Everything tagged "amoy" | Gwulo: Old Hong Kong
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Everything tagged "amoy"

Java-China-Japan Line m.s. Tjisadane Passenger list 19 May 1937 Jakarta-Shanghai via Hong Kong, Xiamen

Passenger list Java-China-Japan Line m.s. Tjisadane, 19 May 1937, Jakarta (Batavia) to Shanghai via Hong Kong and Xiamen (Amoy). It contains the name of David van Gelderen, returning from a long leave in the Netherlands.

<a href="https://gwulo.com/%3Ca%20href%3D"https://nl.wikipedia.org/wiki/Koninklijke_Java-China-Paketvaart_Lijnen">https://nl.wikipedia.org/wiki/Koninklijke_Java-China-Paketvaart_Lijnen" rel="noreferrer nofollow">nl.wikipedia.org/wiki/Koninklijke_Java-China-Paketvaart_L...</a>
m.s. Tjisadane was in use from 1931 to 1947.

Date picture taken (to nearest decade for older photos): 
1937

Java-China-Japan Line m.s. Tjisadane Passenger list 19 May 1937 Jakarta-Shanghai via Hong Kong, Xiamen

Passenger list Java-China-Japan Line m.s. Tjisadane, 19 May 1937, Jakarta (Batavia) to Shanghai via Hong Kong and Xiamen (Amoy). It contains the name of David van Gelderen, returning from a long leave in the Netherlands, to Shanghai, where he worked for Unilever.

Date picture taken (to nearest decade for older photos): 
1937

Wesselingh family archives: Xiamen (Amoy) bronze bowl, found 1938

Jan Wesselingh was an employee of Netherlands Harbour Works Co. from Amsterdam, working in Guangzhou (Canton) before WWII and in Hong Kong after WWII. I was brought in contact with two of his sons by Theodor A.R. Strauss, 1988-1993 secretary of Nederlandse Reünisten Vereniging China (NRCV, Dutch Reunists Association China), of which Jan Wesselingh was a member.

According to tradition, this bronze bowl was found during dredging works by Netherlands Harbour Works Co. in Xiamen in 1938. The bowl has a flat surface and lettering or symbols at the bottom (3 photos).

Date picture taken (to nearest decade for older photos): 
1938

Wesselingh family archives: Xiamen (Amoy) bronze bowl, found 1938

Jan Wesselingh was an employee of Netherlands Harbour Works Co. from Amsterdam, working in Guangzhou (Canton) before WWII and in Hong Kong after WWII. I was brought in contact with two of his sons by Theodor A.R. Strauss, 1988-1993 secretary of Nederlandse Reünisten Vereniging China (NRCV, Dutch Reunists Association China), of which Jan Wesselingh was a member.

According to tradition, this bronze bowl was found during dredging works by Netherlands Harbour Works Co. in Xiamen in 1938. The bowl has a flat surface and lettering or symbols at the bottom (3 photos).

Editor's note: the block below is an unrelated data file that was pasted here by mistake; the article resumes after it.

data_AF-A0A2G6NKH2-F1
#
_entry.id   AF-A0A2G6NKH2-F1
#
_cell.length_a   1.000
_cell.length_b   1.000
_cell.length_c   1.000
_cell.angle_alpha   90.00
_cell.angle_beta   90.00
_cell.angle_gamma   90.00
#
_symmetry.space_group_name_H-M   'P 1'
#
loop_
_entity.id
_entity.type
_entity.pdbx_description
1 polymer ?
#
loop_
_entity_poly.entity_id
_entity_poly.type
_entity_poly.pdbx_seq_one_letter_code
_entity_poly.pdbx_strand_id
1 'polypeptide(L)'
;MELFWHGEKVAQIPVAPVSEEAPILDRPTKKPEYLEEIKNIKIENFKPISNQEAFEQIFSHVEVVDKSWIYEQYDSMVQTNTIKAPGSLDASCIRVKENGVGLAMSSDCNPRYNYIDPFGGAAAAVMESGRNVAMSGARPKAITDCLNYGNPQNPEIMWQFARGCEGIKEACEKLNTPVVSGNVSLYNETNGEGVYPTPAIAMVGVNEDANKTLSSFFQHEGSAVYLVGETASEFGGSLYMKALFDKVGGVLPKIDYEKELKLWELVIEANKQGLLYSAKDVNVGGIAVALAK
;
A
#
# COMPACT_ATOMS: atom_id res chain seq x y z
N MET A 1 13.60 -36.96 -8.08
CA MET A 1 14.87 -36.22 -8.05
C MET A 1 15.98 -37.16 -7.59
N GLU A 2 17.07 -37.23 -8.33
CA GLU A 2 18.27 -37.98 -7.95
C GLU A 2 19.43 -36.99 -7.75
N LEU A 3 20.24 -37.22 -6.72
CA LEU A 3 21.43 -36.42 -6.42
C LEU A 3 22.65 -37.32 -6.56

Date picture taken (to nearest decade for older photos): 
1938

Wesselingh family archives: Xiamen (Amoy) bronze bowl, found 1938

Jan Wesselingh was an employee of Netherlands Harbour Works Co. from Amsterdam, working in Guangzhou (Canton) before WWII and in Hong Kong after WWII. I was brought in contact with two of his sons by Theodor A.R. Strauss, 1988-1993 secretary of Nederlandse Reünisten Vereniging China (NRCV, Dutch Reunists Association China), of which Jan Wesselingh was a member.

According to tradition, this bronze bowl was found during dredging works by Netherlands Harbour Works Co. in Xiamen in 1938. The bowl has a flat surface and lettering or symbols at the bottom (3 photos).

Date picture taken (to nearest decade for older photos): 
1938

Tunnels under Amoy

Date picture taken (to nearest decade for older photos): 
2010

1945 Map of Amoy

Date picture taken (to nearest decade for older photos): 
1944

Courtesy of the University of Texas Libraries, The University of Texas at Austin.

A US Army map, "compiled in 1945 from aerial photography dated 1944."

A brief history of international Amoy

Names

First let's clear up the various different English versions of Amoy's name.

Traditionally, though Chinese pronunciation varied according to your dialect, everyone wrote things the same way. So, the place we're talking about is 廈門. If you lived there you spoke the local dialect of Hokkien, and pronounced it something like "Amoy". If you're from Beijing you say "Xiamen", today's official name. And if you're Cantonese it sounds like "Ha-moon". Just to add to the fun, in simplified Chinese it is now written 厦门.

I'll use Amoy.

Amoy's International Settlement

We're just back from a long weekend in Xiamen, or Amoy as it used to be called. It was opened to British trade in 1842 by the Treaty of Nanking, the same treaty that ceded Hong Kong to the British. And though Amoy's international settlement never matched Shanghai or Hong Kong for size, it beats them soundly in one respect - most of the old settlement is still standing today.

Here's a summary of our weekend. I'll start with a brief introduction to where it is and its history, then cover what we saw in the old town and the international settlement (as you'll see, they were in nearby but separate locations). There's alsoa bonus entry on a tunnel network I stumbled upon, and some notes on getting there and around.

On with the history...

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